Phrygia (Frigya) Yaz?l?kaya

We will start a tour that covers the traces of the Phrygian Kingdom.

The link to my photo album is at LINK.

The first stop is the Midas City, which will be followed by Gordion and other sites.

Above is the photo of the city entrance, “Yaz?l?kaya” which translates to “Written Rock”. This is a massive inscripted wall.

The ?Phrygian kingdom dates back to 1200 years B.C., and certainly the places we have visited should be world heritage sites/area.

Here is some additional information taken from Wikipedia:

In antiquity, Phrygia (Greek: ??????, ? ) was a kingdom in the west central part of Anatolia, in what is now modern-day Turkey. The Phrygians (Phruges or Phryges) initially lived in the southern Balkans; according to Herodotus, under the name of Bryges (Briges), changing it to Phruges after their final migration to Anatolia, via the Hellespont.

During the flourishing of the city-state of Troy, a part of the Bryges emigrated to Anatolia as Trojan allies or under the protection of Troy.[citation needed] The Trojan language did not survive; consequently, its exact relationship to the Phrygian language and the affinity of Phrygian society to that of Troy remain open questions. Similarly, the date of migration and the relationship of the Phrygians to the Hittite empire are unknown. They are, however, often considered part of a “Thraco-Phrygian” group. A conventional date of c. 1200 BC often is used, at the very end of the Hittite empire. It is certain that Phrygia was constituted on Hittite land, and yet not at the very center of Hittite power in the big bend of the Halys River, where Ankara now is.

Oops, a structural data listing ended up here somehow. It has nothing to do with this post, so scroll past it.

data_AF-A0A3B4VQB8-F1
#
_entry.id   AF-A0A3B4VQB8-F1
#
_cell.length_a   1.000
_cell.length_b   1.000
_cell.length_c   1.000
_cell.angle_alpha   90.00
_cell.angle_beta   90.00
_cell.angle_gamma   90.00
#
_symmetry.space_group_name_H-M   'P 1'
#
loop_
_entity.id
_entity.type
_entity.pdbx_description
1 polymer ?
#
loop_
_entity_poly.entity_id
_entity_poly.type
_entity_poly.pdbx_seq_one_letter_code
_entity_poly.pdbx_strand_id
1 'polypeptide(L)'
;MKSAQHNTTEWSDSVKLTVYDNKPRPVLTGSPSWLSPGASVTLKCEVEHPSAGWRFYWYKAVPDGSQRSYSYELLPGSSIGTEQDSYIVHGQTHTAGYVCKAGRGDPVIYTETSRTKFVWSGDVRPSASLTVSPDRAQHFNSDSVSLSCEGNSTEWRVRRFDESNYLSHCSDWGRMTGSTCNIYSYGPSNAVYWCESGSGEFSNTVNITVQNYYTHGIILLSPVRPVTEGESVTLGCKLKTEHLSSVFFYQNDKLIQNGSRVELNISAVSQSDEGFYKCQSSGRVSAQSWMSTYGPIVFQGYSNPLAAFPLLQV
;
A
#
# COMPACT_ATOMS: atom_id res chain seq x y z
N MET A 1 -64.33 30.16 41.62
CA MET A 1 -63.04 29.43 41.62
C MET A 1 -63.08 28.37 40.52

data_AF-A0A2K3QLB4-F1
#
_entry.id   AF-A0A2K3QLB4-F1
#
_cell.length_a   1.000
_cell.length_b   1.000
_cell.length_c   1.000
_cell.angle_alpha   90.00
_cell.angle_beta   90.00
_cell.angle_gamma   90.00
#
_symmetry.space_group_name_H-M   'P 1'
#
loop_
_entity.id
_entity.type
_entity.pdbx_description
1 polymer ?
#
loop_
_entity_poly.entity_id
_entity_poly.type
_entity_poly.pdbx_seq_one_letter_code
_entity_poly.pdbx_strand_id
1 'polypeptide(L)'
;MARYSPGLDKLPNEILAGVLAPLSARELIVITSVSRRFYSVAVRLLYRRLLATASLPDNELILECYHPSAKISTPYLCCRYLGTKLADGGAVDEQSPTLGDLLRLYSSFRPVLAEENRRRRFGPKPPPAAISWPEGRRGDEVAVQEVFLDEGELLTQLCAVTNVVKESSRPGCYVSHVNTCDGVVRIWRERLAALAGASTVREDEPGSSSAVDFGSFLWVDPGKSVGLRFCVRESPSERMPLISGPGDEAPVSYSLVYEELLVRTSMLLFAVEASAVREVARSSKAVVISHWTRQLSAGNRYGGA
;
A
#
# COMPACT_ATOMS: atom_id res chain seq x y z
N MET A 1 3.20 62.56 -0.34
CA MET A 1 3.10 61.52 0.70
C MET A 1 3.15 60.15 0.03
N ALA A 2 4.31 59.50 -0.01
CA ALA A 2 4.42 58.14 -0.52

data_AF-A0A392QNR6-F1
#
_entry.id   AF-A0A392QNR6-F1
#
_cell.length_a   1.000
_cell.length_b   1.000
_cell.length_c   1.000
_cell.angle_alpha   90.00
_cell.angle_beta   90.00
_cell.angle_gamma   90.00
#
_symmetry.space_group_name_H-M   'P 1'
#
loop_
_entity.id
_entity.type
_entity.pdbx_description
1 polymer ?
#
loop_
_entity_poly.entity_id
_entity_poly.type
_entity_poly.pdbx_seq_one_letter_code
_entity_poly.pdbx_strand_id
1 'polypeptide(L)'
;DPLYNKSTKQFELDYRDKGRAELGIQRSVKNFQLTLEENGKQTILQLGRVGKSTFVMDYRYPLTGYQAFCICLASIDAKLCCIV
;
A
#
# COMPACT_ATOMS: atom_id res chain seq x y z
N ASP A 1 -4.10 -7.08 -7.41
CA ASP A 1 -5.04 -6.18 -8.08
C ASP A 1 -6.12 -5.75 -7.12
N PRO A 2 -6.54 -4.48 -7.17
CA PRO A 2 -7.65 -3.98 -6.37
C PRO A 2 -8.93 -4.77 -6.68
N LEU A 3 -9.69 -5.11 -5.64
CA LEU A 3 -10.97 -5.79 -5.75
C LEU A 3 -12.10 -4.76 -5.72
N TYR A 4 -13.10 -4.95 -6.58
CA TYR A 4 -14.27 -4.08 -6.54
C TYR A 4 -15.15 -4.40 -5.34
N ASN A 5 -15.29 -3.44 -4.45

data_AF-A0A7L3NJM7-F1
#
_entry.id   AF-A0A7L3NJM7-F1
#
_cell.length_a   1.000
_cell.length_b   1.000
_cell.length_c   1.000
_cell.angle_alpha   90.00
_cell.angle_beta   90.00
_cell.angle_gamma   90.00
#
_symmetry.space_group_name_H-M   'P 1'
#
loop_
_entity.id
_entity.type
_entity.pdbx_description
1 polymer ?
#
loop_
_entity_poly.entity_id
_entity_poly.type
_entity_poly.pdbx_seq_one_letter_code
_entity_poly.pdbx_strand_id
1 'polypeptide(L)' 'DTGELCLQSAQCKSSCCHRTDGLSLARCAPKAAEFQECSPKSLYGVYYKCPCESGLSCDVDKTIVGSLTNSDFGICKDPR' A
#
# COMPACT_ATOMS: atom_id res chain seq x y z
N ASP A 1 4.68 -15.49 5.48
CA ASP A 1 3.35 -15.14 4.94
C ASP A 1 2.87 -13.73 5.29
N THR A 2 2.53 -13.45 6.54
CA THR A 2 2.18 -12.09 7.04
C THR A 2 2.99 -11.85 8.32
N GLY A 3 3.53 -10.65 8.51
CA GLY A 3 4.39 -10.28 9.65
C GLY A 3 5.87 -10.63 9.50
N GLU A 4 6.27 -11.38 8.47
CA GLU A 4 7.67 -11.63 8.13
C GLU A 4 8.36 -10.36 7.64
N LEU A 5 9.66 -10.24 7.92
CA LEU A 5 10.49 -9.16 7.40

From tribal and village beginnings, the state of Phrygia arose in the 8th century BC with its capital at Gordium. During this period, the Phrygians extended eastward and encroached upon the kingdom of Urartu, the descendants of the Hurrians, a former rival of the Hittites.

Meanwhile the Phrygian Kingdom was overwhelmed by Iranian Cimmerian invaders c. 690 BC, then briefly conquered by its neighbor Lydia, before it passed successively into the Persian Empire of Cyrus and the empire of Alexander and his successors, was taken by the Attalids of Pergamon, and eventually became part of the Roman Empire. The last mentions of the language date to the 5th century AD and it was likely extinct by the 7th century AD.[1]

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